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A Few Parting Shots

English should be the study of the language and how it is used to disseminate our culture's most expressive, creative, and meaningful thoughts about the nature of our existence. As English scholars we should be studying how films tell stories, how computers can be used to tell and create stories, and the role all our other arts play in storytelling. We need to look at works that are normally considered to be lesser genres to see why they are firstly considered lesser and then examine how they relate to what we consider as "higher" forms of expression. It isn't good enough anymore to say that everything on television is junk, that movies are not as good as books, and that computers are really only for crunching numbers, and yet our field (English literature and writing) still does this all the time. Our way of expressing these simplistic prejudices have become more sophisticated and internalized to the point that we feel as though we have moved way beyond them, but we haven't.

Every time we tell a student that she can't write "genre fiction" for a creative writing class, or when we chastize students for knowing more about Married with Children than about James Joyce, or when we tell a student his work on a hypertext essay doesn't actually count the same as his work on a printed essay, we put all our deeply entrenched biases on display, and we continue to prove to our students that English study (by the way the field is now defined) is a waste of time because it seems intent on walking around with blinders on. As experts on one specific medium of storytelling (print -- one of the most established mediums of expression upon which most others are founded, and a medium to which all other mediums respond) we are well positioned to begin our examination of the other mediums now being used to tell our stories.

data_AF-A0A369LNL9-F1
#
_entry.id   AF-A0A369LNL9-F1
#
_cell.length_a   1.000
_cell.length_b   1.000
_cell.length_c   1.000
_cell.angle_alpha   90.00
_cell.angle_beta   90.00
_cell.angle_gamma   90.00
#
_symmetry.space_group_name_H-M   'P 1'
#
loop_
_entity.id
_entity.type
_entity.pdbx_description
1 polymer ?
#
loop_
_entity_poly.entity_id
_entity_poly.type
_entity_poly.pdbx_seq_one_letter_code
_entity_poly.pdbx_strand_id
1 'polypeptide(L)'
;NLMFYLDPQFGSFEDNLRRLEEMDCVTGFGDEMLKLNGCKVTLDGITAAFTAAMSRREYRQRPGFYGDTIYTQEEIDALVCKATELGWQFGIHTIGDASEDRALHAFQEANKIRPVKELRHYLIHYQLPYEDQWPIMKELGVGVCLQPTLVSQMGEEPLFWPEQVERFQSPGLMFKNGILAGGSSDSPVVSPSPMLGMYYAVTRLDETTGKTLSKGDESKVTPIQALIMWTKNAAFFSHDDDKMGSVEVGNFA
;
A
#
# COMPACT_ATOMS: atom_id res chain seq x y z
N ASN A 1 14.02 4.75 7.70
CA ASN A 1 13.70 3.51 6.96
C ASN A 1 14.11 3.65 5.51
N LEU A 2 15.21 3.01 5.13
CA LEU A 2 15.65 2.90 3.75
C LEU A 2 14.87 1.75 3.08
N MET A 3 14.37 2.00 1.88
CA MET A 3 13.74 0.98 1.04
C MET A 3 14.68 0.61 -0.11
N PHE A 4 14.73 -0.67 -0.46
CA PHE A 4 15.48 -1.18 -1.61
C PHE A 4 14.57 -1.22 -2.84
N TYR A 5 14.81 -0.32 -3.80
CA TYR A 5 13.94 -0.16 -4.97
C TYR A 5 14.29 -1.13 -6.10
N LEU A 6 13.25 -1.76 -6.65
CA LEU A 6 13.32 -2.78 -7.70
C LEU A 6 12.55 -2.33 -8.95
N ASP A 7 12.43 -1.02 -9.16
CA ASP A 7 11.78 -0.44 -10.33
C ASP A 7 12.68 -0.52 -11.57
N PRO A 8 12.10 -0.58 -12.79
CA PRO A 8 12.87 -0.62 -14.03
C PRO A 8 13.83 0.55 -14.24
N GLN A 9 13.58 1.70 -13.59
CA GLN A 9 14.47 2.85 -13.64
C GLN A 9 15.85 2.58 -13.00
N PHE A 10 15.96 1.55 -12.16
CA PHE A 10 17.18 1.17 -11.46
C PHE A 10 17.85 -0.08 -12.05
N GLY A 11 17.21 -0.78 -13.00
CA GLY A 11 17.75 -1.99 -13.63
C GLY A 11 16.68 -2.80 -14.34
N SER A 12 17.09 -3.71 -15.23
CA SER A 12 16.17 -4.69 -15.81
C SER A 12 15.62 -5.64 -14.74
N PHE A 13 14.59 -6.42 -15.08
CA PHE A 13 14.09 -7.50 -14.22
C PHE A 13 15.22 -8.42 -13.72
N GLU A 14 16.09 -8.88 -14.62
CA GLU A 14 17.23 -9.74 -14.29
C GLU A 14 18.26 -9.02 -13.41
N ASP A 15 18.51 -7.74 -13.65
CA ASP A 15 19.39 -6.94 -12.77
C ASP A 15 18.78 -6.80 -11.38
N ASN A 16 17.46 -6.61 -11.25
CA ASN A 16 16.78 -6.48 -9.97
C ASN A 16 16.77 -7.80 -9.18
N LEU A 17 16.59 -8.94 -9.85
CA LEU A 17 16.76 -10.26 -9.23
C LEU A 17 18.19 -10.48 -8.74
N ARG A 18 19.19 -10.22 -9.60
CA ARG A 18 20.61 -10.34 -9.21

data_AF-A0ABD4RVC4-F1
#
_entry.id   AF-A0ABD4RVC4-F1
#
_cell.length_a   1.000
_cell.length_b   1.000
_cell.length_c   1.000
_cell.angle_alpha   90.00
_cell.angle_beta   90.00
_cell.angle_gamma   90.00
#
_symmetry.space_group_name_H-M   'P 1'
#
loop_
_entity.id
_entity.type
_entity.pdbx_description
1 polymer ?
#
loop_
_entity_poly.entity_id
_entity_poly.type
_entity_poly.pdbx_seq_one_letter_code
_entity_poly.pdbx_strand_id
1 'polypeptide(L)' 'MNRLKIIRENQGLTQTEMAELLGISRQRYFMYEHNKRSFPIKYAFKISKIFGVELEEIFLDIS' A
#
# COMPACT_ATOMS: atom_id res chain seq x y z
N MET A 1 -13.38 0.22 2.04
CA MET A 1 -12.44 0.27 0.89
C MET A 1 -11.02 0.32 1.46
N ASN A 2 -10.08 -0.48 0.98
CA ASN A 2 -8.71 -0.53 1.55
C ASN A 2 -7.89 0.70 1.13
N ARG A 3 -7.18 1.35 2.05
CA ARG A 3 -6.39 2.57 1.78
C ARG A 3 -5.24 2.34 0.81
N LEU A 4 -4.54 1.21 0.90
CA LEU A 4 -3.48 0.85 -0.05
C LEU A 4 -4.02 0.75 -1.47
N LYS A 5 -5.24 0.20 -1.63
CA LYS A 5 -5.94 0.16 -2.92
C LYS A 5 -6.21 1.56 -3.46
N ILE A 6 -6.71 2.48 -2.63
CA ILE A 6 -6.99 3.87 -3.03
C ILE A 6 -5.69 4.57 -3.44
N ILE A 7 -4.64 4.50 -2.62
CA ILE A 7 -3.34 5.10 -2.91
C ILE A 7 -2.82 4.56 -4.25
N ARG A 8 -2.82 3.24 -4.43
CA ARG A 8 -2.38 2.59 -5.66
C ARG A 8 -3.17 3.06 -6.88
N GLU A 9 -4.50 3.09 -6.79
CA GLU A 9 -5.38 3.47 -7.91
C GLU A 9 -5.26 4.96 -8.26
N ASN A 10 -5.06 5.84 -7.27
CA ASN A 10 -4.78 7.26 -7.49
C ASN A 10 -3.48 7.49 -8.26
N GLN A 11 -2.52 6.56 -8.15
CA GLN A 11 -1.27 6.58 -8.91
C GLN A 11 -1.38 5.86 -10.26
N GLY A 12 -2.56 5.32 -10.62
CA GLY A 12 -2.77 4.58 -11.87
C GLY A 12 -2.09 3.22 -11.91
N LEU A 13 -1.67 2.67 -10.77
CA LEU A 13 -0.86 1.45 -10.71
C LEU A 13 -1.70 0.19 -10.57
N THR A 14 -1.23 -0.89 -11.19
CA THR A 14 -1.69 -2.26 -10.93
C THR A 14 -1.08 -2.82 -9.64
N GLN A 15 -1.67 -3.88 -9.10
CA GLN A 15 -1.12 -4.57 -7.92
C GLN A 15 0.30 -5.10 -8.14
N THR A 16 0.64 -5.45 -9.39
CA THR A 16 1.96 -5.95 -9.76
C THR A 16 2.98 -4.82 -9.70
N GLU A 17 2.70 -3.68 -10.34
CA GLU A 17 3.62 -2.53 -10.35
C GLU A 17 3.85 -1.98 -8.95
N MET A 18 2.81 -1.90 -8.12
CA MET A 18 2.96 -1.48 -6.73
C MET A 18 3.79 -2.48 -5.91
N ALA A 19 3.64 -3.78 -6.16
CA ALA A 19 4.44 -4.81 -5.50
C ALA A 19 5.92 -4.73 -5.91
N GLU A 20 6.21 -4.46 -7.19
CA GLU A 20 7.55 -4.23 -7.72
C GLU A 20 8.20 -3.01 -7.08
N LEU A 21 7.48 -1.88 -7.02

We all watch television. We all go to movies in an attempt to fill our lives with the fictional stories (the myths and ideals) of our time. We all use the phone. We all (well, nearly all of us, and many more of us who don't admit to it) use computers for our writing and research. We interact with each other every day in a wide variety of English mediums, and yet we choose to only study one narrowly defined media form which is becoming less and less important and less powerful every day. Instead of rushing out to embrace all the powerful variations on printed text, we just sit around and moan about how no one reads any more.

This is not to say that we need to give up the study of text completely, or that we need to elevate the junk of every-day pop-culture to the status of our best works of literature. We simply need to eliminate the fear that including the actual world of ideas outside the closeted field of English studies will somehow dilute and permanently pollute the study of printed literature.

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©David Gillette, 1996